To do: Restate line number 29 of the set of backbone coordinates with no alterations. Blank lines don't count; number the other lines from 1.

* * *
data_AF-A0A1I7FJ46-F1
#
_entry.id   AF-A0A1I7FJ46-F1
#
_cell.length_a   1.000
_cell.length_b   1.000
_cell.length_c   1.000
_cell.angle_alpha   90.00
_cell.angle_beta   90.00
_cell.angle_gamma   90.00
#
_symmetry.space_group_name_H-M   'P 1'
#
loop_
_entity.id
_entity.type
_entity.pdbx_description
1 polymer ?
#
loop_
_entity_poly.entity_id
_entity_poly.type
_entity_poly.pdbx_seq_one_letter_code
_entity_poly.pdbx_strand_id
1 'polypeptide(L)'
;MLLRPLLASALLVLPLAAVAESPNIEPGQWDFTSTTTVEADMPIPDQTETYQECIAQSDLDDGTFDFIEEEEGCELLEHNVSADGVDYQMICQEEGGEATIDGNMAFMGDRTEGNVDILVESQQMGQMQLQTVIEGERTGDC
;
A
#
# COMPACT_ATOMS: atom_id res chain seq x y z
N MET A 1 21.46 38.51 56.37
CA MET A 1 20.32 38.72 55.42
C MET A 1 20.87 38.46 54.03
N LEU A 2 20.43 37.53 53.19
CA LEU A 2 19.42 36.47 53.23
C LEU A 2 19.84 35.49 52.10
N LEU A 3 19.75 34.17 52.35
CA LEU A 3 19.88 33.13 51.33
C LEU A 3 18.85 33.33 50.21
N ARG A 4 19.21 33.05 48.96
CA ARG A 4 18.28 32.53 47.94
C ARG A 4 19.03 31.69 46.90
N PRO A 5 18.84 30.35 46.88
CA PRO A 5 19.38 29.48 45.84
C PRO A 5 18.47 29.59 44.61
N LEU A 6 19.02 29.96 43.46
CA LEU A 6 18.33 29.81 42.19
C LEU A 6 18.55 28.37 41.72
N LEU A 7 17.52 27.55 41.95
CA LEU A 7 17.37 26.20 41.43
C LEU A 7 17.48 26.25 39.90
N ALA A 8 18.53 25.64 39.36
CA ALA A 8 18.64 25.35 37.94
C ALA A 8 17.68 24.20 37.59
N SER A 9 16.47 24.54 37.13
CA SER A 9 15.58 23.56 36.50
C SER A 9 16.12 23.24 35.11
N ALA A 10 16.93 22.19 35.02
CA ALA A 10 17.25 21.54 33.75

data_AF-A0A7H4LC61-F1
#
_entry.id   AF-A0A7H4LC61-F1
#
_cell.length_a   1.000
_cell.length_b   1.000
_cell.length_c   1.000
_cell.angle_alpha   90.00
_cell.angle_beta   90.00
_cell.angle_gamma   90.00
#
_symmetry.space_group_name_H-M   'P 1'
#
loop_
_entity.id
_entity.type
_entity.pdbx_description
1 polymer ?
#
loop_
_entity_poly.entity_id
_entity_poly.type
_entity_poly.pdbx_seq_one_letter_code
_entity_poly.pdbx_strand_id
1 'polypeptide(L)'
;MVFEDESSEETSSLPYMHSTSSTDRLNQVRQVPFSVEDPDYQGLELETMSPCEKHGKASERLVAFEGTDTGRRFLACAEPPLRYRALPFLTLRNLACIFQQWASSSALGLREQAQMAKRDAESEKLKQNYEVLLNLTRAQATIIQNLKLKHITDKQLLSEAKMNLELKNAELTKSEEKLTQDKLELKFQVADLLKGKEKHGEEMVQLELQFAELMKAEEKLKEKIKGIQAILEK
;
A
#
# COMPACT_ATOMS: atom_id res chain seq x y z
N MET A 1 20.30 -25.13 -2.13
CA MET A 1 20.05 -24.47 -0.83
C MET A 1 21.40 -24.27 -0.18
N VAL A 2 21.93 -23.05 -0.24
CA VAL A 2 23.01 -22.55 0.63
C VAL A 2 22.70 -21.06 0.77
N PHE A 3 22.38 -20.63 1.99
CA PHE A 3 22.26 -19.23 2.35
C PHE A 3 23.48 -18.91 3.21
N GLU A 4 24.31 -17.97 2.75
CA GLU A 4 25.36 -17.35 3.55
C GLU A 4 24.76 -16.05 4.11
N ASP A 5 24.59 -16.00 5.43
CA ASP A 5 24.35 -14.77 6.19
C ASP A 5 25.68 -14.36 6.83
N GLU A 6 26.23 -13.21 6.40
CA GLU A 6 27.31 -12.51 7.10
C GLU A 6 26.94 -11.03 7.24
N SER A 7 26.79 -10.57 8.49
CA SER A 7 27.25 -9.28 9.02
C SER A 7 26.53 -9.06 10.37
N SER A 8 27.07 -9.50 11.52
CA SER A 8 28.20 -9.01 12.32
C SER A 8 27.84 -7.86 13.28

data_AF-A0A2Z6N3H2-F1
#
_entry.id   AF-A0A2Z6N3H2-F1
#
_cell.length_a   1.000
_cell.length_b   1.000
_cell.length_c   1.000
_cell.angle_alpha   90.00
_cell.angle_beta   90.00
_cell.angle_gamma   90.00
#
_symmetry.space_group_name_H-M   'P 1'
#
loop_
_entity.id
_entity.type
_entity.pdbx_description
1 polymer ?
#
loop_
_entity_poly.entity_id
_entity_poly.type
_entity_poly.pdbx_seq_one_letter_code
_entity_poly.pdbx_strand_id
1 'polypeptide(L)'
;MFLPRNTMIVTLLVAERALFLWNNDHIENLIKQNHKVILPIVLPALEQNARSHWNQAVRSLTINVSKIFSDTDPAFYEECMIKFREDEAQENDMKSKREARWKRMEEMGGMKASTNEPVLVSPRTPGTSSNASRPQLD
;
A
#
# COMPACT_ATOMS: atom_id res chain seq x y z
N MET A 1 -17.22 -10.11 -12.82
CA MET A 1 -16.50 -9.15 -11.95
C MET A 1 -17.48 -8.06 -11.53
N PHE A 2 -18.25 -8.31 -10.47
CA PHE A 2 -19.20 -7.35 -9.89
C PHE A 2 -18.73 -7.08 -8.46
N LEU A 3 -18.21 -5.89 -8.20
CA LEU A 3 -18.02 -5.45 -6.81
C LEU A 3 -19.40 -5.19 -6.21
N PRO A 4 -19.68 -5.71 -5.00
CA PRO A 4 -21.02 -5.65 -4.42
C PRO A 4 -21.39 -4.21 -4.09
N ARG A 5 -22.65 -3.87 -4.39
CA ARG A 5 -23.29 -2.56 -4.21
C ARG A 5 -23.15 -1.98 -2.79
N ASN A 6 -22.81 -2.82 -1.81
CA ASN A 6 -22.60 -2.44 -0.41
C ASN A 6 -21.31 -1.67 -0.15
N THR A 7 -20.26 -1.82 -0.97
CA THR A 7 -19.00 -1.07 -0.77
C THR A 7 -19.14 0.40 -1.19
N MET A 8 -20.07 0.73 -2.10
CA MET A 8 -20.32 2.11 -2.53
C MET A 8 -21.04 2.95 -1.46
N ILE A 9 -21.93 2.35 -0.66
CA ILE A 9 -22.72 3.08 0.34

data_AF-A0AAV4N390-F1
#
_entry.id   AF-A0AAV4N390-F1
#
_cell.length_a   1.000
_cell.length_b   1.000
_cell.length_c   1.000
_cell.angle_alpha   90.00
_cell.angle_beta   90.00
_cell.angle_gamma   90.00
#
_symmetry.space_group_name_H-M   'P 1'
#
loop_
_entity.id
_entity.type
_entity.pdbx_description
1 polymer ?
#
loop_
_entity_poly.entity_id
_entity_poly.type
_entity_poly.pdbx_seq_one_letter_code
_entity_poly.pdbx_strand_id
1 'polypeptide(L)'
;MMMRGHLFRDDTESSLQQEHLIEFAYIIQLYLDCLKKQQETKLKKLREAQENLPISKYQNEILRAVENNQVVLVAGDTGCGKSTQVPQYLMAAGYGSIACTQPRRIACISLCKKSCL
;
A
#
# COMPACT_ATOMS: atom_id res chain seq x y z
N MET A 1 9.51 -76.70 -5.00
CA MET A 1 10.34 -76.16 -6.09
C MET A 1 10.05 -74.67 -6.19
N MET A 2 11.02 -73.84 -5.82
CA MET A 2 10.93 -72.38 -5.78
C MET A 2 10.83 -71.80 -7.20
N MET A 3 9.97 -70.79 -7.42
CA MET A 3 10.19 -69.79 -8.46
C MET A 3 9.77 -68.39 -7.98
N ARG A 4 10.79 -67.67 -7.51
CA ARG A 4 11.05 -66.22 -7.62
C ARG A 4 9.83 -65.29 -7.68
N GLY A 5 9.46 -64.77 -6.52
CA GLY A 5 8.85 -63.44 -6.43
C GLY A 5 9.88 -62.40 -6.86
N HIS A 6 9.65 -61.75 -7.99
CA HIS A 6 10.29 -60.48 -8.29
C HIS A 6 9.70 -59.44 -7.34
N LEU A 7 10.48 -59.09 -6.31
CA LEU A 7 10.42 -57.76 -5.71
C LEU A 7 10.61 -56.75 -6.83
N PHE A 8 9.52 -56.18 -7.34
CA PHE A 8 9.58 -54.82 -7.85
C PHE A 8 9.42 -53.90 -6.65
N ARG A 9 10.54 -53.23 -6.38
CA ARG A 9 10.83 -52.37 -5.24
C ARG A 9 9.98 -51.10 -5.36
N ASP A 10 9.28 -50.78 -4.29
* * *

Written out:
#